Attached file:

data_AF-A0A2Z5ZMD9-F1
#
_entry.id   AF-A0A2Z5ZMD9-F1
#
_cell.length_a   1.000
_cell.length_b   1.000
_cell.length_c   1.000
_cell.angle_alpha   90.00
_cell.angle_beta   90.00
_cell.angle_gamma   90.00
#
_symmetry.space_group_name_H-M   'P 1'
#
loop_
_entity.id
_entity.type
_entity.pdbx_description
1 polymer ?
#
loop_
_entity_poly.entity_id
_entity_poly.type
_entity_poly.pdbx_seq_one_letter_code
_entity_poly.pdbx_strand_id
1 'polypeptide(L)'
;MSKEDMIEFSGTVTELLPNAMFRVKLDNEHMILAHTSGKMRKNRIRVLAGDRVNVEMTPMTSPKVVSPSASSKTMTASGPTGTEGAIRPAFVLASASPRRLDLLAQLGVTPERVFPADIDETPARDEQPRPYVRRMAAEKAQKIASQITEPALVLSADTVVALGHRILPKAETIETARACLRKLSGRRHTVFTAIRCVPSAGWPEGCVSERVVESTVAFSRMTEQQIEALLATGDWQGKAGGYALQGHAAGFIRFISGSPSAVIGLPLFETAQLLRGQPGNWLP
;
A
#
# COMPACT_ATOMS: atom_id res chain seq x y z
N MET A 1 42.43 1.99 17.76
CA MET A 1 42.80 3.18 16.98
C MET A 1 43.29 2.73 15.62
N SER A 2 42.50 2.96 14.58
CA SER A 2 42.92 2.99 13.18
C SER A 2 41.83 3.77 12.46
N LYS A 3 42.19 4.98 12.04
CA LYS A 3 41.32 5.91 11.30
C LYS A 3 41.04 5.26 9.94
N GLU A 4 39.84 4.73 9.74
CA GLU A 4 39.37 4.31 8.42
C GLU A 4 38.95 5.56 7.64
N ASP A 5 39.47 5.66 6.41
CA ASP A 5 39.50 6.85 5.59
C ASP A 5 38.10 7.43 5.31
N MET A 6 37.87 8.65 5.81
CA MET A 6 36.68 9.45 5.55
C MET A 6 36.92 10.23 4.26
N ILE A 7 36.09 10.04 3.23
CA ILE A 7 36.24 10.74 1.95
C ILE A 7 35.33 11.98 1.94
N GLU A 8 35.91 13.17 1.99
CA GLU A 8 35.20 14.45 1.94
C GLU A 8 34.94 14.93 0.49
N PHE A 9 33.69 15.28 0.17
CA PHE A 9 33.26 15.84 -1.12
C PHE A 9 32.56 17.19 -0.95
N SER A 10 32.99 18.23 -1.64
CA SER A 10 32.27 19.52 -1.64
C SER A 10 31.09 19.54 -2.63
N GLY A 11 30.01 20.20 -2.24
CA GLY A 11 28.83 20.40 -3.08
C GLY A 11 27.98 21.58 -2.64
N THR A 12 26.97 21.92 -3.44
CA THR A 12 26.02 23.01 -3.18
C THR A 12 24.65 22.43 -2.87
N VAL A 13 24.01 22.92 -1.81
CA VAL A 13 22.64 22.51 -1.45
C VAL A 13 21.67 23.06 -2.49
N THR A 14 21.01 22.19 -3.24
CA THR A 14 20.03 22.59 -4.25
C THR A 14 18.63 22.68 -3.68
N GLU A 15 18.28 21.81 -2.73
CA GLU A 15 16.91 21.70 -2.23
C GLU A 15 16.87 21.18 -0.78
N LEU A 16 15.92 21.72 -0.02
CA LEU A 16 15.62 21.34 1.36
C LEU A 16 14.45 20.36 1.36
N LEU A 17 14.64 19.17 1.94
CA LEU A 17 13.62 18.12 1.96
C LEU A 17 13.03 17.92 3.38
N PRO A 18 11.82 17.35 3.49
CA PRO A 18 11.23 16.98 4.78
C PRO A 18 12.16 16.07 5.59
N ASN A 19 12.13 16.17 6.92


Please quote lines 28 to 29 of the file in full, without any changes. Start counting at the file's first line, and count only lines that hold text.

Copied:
A
#